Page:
The first issue was the question of literary vs commercial.  Commercial books – apparently – sell in large volumes to an audience which may not be sufficiently discerning – apparently – to mind that books in this category may – apparently – not be all that well written.  In commercial fiction – apparently – the plot is the only thing that matters. Everything else (characterisation, setting, sensory detail, realistic dialogue, linguistic style, grammar…) is inconsequential relative to the plot.  It may therefore have been thrown together and served up as a literary and linguistic dog’s dinner – and – apparently – nobody minds.

Literary fiction, on the other hand, is all about the quality of the writing, and how poetic, evocative or mesmerising it is.  And the plot?  Who needs plotting when the writing, line by line, word by beautiful, witty, well-chosen word, is such a sublime joy to read.  Apparently.

For those of us who fall somewhere between the sublime and the ridiculous (no, I’m not getting drawn on which is which, thank you very much) there is a wealth of options for that first level categorisation, amongst which Quality Commercial, Mainstream Literary, Literary-Commercial Crossover, Book Club, or even more specifically, ‘Richard & Judy’, and my personal bête noir, LitLite.

I vacillate between Quality Commercial and Book Club for Singled Out.  Books which end up on book club reading lists tend to offer plenty of scope for discussion around moral dilemmas, character qualities or shortcomings and so on – and I like that.  And Quality Commercial?  I don’t see what’s wrong with cherishing the vision that I’ve written something which might be simultaneously popular/saleable and well-written.  An agent or publisher will probably put me straight one of these days.

Next, there’s the subject and content of the story.  At the high level, is it a romance or a thriller?  Is it science fiction or magic realism, chic-lit or crime?  Is it humorous or historical, fantasy or satire, politics or parody? Is it erotic, domestic or dynastic?  And… breathe.  Yes, if you’ve looked into this, you’ll realise as I did, there are myriad ways to slice-and-dice for genre.  There’s a crime in my story, but it’s not, technically speaking, a crime novel – there’s no mystery (well, not much mystery) and no police (ah, almost no police).  There is a little romance and an erotic moment or two (no sniggering at the back please), but not enough to make it a romance and certainly not enough to position it on the same shelf as Fifty Shades of Naughty.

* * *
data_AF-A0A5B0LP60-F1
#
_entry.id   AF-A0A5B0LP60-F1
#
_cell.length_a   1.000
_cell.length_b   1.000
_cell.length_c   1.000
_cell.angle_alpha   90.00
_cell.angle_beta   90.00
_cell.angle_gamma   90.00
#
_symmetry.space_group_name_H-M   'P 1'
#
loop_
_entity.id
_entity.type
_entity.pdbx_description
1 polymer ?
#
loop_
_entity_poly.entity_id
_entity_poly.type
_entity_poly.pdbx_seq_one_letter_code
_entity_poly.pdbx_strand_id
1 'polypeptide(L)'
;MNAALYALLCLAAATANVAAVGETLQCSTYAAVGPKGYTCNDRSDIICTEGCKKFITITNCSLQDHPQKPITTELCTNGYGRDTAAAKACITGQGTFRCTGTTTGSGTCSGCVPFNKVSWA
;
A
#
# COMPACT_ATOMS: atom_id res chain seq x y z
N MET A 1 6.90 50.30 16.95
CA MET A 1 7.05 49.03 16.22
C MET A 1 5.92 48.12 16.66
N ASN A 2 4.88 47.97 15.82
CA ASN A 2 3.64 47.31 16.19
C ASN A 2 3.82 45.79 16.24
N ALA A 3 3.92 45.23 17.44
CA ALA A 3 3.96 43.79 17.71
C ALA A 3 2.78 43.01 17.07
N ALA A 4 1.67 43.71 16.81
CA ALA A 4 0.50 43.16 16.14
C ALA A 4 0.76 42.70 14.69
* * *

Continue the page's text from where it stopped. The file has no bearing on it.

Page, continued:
Having read several (too many?) blog posts and articles, I think I’ve got there.  The genre I’ve concluded best fits Singled Out is Psychological Suspense. Theoretically this is a crime fiction sub-genre – but that’s as close as it’s going to get to crime.

The elements which characterise psychological suspense include the following:

  • Psychological suspense may use crime as a pretext for investigating psyche and personality, but the story is about the context of the crime, rather than the crime itself.
  • There’s often no mystery as to who committed the crime – what psychological suspense is interested in is not whodunnit, but whydunnit.
  • Psychological suspense is about the mind of a criminal – and the other people involved.  There will be insights, observations and reflection, from all sides of the house.
  • Psychological suspense stories are often told from multiple points of view – from inside the minds of protagonist and antagonist alike.
  • The overarching mood is one of dread or malignity – a sustained suspense embedded with moments of heightened tension, rather than a build-up to one massive peak.
  • Psychological suspense stories often feature psychologically damaged central characters such as sociopaths, or people with weaknesses, phobias, a tragic past, the weight of guilt or shame bearing down.